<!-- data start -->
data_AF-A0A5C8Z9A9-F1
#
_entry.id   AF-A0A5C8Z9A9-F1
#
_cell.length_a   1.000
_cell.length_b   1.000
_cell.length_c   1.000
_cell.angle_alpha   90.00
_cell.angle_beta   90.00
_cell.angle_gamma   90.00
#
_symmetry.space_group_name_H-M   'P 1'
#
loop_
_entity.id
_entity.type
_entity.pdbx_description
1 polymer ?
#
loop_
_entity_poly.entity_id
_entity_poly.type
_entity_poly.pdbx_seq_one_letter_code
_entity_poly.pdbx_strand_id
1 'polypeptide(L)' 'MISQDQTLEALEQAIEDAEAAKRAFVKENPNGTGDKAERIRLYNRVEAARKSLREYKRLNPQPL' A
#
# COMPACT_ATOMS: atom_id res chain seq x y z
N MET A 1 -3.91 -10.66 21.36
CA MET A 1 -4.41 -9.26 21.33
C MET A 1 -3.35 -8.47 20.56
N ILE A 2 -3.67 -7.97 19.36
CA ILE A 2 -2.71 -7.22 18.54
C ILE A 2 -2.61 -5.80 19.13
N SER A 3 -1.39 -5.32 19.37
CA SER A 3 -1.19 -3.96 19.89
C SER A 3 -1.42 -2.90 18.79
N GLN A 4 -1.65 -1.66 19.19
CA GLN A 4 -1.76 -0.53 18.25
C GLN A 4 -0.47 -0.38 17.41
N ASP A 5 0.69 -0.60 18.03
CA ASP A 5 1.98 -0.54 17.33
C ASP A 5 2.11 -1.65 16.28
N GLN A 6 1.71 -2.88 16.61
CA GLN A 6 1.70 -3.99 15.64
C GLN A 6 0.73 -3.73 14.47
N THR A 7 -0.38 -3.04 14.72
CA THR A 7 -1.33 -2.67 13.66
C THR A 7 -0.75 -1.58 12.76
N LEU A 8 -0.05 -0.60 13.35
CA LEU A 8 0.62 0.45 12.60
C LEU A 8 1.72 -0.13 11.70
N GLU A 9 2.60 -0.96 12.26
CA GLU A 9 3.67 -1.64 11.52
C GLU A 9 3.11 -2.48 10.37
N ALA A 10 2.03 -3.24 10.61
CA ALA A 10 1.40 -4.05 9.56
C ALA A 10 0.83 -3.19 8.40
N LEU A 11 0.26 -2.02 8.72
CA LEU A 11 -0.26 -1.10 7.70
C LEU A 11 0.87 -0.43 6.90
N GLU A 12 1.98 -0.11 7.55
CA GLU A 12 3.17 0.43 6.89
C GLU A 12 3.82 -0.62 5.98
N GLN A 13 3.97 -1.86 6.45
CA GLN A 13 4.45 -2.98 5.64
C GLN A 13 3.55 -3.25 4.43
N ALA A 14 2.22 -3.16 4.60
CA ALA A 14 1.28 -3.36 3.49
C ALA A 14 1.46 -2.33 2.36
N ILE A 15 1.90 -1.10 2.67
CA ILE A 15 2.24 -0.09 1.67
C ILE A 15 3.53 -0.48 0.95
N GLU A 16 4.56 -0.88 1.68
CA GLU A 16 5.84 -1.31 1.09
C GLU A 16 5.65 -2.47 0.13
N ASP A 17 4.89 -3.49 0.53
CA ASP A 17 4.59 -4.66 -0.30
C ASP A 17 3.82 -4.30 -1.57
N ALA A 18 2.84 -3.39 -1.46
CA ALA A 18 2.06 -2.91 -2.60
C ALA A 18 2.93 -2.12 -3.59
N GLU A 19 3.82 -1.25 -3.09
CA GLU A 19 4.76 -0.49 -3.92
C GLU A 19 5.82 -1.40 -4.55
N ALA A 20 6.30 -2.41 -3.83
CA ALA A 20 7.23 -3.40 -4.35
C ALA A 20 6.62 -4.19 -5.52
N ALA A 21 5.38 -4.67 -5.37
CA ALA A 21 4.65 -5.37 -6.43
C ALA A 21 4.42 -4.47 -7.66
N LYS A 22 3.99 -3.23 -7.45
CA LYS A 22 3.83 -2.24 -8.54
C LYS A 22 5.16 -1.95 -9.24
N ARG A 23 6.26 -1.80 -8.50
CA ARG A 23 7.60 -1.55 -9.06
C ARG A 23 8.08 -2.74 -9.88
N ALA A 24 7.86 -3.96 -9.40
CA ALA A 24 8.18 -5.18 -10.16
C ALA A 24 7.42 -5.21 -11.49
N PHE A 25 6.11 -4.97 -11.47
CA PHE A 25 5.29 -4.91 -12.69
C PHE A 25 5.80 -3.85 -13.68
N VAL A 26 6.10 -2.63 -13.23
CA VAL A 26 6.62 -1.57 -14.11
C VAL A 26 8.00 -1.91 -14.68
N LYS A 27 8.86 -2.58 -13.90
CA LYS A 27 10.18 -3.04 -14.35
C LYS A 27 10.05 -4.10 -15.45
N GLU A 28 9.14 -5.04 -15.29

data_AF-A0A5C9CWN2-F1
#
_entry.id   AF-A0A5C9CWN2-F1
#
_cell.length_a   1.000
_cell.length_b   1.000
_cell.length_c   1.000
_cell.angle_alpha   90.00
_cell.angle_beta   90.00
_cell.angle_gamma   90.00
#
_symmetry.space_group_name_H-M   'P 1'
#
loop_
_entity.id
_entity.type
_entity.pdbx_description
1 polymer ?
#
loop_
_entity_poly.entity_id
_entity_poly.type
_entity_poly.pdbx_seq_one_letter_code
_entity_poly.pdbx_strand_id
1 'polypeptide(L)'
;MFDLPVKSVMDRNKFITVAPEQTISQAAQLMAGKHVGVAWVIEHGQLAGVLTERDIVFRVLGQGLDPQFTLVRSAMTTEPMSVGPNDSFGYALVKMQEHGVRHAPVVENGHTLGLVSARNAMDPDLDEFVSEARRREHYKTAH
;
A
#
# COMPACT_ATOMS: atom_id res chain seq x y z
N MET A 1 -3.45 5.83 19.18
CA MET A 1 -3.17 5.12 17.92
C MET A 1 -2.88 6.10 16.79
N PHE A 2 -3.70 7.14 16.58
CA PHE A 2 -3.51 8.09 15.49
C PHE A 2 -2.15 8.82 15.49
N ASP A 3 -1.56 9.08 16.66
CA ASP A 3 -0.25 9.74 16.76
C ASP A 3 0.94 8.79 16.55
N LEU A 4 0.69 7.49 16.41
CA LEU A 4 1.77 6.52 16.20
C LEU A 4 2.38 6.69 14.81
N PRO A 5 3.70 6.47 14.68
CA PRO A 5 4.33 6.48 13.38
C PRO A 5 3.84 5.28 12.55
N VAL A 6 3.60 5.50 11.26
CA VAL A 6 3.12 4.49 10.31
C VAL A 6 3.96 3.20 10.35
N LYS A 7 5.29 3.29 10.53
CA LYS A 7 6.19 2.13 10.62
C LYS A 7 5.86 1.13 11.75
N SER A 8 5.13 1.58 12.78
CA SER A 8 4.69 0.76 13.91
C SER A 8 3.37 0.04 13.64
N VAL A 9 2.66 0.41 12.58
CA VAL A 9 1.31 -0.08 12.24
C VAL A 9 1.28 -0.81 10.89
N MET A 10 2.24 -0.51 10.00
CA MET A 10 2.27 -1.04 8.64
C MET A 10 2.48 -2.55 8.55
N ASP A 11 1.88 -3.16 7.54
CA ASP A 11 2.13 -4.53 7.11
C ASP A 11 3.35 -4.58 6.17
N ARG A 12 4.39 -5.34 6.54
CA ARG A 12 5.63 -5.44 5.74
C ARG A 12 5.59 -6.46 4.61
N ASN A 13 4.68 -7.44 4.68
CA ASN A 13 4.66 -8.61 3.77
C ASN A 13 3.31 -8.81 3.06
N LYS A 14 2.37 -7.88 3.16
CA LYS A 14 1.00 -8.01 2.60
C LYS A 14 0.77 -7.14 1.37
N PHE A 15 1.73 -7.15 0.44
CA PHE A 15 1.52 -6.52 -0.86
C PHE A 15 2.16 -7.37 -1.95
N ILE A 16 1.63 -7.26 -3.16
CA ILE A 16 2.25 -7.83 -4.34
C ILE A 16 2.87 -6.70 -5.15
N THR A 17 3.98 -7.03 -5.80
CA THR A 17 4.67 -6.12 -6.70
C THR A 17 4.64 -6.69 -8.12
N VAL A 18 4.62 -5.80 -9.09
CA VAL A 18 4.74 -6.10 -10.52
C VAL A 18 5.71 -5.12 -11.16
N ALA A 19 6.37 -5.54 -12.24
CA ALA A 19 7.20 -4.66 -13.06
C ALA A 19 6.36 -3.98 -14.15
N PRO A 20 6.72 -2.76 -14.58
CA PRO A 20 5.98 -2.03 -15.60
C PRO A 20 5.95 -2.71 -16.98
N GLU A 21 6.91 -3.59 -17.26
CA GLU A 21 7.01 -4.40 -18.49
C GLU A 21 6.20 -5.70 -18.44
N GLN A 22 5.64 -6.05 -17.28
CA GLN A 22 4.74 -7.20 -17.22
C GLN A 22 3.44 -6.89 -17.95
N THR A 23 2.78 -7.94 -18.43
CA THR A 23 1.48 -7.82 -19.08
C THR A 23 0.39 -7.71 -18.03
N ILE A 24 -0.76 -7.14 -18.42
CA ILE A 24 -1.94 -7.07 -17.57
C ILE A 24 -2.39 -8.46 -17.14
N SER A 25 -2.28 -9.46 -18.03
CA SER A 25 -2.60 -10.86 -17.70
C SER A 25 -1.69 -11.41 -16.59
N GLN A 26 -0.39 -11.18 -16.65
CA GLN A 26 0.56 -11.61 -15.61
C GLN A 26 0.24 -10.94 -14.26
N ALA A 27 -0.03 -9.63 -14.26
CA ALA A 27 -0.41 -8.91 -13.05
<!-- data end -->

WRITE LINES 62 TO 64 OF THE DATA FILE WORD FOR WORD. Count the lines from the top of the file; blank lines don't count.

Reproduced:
CA GLU A 12 3.17 0.43 6.89
C GLU A 12 3.82 -0.62 5.98
N GLN A 13 3.97 -1.86 6.45